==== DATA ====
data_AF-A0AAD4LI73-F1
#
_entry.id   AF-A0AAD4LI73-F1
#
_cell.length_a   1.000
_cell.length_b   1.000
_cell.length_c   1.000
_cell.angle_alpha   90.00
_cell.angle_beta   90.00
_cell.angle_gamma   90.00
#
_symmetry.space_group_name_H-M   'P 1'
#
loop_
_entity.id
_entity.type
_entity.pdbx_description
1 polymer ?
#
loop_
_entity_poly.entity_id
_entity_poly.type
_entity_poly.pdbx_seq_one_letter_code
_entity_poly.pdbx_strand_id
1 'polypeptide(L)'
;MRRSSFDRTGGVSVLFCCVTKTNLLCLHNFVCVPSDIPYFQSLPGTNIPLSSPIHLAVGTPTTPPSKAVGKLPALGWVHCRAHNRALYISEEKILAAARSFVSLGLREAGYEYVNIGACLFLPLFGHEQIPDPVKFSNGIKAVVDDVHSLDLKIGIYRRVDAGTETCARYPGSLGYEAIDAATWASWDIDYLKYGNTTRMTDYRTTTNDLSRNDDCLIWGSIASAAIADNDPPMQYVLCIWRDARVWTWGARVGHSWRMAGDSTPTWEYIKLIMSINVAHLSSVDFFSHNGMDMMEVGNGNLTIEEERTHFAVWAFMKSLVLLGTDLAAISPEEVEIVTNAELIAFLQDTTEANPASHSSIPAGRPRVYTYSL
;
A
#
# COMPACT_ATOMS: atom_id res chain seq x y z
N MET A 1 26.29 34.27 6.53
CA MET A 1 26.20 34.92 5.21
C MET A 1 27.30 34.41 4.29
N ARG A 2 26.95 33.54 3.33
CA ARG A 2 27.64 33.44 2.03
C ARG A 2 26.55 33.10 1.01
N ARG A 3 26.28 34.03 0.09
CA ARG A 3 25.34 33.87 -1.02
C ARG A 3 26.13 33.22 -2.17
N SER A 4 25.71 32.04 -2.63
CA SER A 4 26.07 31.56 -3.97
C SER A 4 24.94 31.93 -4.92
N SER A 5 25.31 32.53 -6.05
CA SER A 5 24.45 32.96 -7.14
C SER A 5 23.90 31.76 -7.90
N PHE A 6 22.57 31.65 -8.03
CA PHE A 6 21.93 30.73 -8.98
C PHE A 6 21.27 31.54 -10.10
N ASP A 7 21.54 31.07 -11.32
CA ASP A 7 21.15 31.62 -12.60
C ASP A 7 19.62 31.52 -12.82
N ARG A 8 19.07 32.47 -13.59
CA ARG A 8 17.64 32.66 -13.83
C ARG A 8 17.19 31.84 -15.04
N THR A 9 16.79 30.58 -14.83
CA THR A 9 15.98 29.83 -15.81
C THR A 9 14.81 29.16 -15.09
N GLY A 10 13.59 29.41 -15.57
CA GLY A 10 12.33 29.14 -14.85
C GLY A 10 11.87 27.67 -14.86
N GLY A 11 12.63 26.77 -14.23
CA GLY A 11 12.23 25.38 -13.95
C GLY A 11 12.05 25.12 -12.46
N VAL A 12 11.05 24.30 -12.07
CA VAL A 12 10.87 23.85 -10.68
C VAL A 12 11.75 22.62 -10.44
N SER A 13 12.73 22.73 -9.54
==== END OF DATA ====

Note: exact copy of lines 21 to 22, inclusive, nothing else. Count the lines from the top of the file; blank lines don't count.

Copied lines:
_entity_poly.entity_id
_entity_poly.type